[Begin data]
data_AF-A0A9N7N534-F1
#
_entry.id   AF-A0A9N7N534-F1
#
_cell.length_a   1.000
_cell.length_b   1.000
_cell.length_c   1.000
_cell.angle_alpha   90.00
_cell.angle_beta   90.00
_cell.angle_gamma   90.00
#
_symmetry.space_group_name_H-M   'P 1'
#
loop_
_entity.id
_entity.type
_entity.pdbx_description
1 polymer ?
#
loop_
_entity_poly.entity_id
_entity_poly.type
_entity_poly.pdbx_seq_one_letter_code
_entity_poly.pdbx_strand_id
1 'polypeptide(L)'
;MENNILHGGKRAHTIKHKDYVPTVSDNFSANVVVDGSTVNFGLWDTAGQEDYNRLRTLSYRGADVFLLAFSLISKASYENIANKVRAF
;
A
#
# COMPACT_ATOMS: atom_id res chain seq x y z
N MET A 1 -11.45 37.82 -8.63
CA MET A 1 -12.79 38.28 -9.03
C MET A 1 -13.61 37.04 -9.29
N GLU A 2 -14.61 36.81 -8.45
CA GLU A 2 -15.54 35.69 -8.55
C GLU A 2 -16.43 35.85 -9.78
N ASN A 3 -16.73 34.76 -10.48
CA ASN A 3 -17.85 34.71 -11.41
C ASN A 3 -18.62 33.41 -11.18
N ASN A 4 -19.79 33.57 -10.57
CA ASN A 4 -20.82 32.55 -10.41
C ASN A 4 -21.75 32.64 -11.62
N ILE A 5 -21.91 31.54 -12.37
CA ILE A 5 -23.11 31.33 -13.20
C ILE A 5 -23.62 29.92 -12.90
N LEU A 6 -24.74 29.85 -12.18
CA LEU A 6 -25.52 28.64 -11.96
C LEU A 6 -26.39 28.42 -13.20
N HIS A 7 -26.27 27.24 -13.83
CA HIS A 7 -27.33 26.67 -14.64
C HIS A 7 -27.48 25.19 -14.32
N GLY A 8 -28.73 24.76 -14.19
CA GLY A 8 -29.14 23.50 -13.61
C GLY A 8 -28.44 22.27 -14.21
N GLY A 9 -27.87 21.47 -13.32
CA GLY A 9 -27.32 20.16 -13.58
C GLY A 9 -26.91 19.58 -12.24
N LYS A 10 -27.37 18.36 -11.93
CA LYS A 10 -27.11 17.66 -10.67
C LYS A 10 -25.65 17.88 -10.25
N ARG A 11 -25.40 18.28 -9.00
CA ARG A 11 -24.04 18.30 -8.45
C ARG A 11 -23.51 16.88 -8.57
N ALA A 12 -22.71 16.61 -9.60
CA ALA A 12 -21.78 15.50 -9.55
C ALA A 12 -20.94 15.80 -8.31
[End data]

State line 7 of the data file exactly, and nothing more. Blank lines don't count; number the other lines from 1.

_cell.length_c   1.000